For Esper, his successor Lloyd Austin, and America’s top generals and admirals, the US departure from Afghanistan (once the immediate embarrassment of a botched evacuation process is left behind them) can only be viewed with relief. Now, at last, they’ll really be able to focus on their preferred objective of enhancing US capabilities for that “high-end fight” with China and Russia. Troops and equipment once designated for low-intensity operations in Afghanistan and surrounding areas can now be repurposed and redeployed to more critical locations in Europe and the Pacific. And Congress, no doubt, will be more than happy to throw money at such endeavors.
What is more, US strategists can finally say, “The Afghan quagmire is now yours to solve.” Those pundits and politicians who claim the US departure will result in a net geopolitical gain for Russia and China fail to recognize that the chaos in Afghanistan and the revolutionary zeal of the Taliban pose a far greater threat to the former Soviet republics on Russia’s southern border and to China than they do to the United States.
The Central Asian republics harbor their own Islamic zealots and have long faced internal unrest over widespread inequality and corruption. Some of those zealots traveled to Afghanistan to join the Taliban in their struggle against the US-backed government in Kabul and, now that the Taliban have prevailed, are likely to return to their own countries and stir up more trouble there. Russian authorities worry about such disorder spreading into their own Muslim-populated regions, and so have stepped up their military aid to their CSTO allies.
Likewise, Chinese officials are fearful that the Taliban will provide aid and comfort to Uyghur separatists from Xinjiang, where the Beijing regime has employed extraordinary measures to suppress the Uyghur Muslim majority. Officials from both Russia and China have met with Taliban leaders in recent months—encounters that were largely viewed in the West as designed to advance Russian and Chinese interests in Afghanistan at America’s expense, but were more likely intended to gain assurances from the Taliban that they would not use their impending victory to foment rebellion against their neighbors.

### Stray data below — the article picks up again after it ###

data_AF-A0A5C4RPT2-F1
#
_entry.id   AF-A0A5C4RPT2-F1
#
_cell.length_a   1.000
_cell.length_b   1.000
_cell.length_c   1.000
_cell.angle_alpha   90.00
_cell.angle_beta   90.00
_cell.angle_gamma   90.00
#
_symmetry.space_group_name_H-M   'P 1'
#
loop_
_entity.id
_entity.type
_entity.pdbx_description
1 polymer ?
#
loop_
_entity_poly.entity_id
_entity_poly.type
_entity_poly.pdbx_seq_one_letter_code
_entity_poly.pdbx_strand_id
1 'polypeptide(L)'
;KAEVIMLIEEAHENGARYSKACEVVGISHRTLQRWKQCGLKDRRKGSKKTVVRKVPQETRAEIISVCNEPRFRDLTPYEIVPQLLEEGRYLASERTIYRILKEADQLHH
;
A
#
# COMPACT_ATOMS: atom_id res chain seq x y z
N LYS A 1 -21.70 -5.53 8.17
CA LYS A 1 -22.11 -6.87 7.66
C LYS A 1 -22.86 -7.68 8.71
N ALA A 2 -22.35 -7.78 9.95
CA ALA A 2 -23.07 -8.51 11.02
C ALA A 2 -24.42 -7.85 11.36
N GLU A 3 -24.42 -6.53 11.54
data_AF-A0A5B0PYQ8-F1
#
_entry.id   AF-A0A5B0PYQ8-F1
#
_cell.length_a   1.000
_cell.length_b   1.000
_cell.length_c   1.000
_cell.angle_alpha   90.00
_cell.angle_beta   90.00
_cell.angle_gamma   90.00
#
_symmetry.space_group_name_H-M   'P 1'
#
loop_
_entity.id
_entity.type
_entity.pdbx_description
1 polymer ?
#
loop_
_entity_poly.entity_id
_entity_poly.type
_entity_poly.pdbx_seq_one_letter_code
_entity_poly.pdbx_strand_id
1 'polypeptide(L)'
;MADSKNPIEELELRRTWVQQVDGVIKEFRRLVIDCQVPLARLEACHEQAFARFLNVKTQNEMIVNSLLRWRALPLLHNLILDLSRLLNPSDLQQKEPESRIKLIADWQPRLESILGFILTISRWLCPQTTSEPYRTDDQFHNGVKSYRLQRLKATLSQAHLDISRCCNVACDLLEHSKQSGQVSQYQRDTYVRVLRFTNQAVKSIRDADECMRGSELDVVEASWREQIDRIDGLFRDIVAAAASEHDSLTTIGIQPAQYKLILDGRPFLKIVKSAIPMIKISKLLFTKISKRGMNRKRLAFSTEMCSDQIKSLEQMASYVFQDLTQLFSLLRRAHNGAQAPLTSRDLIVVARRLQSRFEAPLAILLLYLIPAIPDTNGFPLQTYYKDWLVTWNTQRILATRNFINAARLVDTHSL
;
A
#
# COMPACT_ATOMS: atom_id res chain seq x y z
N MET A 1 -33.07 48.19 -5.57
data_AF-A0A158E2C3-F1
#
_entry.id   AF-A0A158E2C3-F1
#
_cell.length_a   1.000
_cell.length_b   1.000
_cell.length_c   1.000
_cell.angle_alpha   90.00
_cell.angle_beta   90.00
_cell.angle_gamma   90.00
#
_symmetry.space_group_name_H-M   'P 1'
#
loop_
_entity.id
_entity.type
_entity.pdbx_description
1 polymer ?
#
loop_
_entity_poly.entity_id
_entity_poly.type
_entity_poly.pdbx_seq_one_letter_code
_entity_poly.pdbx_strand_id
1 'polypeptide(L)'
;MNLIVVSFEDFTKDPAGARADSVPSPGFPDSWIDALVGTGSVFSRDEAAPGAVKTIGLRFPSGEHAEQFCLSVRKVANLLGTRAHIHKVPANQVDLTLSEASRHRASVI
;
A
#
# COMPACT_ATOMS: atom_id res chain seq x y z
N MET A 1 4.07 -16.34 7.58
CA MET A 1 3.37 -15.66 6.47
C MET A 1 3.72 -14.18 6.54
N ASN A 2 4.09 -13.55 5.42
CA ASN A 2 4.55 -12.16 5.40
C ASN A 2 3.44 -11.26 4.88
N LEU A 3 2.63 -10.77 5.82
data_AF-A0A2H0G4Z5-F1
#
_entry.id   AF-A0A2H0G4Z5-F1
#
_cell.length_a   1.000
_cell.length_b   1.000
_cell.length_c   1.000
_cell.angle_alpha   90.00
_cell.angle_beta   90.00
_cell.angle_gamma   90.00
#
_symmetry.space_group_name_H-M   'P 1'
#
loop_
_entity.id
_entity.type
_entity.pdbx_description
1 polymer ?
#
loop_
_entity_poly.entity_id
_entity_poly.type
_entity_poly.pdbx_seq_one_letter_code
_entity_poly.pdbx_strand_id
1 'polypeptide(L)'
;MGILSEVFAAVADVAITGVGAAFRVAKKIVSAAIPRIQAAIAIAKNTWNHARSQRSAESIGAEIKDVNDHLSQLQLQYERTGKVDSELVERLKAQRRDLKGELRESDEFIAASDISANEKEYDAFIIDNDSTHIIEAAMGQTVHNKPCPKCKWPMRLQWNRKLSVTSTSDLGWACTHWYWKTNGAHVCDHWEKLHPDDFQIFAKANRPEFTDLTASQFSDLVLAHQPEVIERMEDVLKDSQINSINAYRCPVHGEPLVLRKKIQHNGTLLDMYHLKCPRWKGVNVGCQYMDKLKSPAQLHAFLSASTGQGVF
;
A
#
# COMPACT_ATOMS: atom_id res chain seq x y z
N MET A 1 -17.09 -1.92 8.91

How the Taliban victory will affect Afghanistan’s other neighbors—Iran, Pakistan, and India—remains to be seen, but there could be some benefits (as well as added risks) for the United States here too. Iran faces the prospect of chaos on its borders and a huge influx of Afghan refugees, further straining its sanction-ravaged economy and diverting Tehran’s attention from the ongoing struggle with Israel, Saudi Arabia, and the US. India and Pakistan will have to worry about an increase in terror attacks from Afghanistan-based militant groups, possibly drawing them closer to Washington at the expense of Beijing and Moscow, but possibly risking fresh US entanglements in the region.
And so, we can see a new global chessboard beginning to take shape. It will undoubtedly pose new risks for Washington but may well prove to be one that plays to US advantages while accentuating its adversaries’ disadvantages. Conducting low-intensity conflicts in the heart of Eurasia has never been a winning strategy for the United States; rather, it excels at high-tech coalition warfare in Europe and sea-based operations in the Pacific. For Russia and China, however, the emergence of a revolutionary Islamic regime on their poorly defended inner Eurasian borders poses new security perils that will force them to divert attention and resources from the vital task of fending off the United States in more critical areas. This may, of course, prove a premature judgment, but it’s one that one that views the implications of America’s Afghan pullout from a clear-eyed rather than partisan political perspective.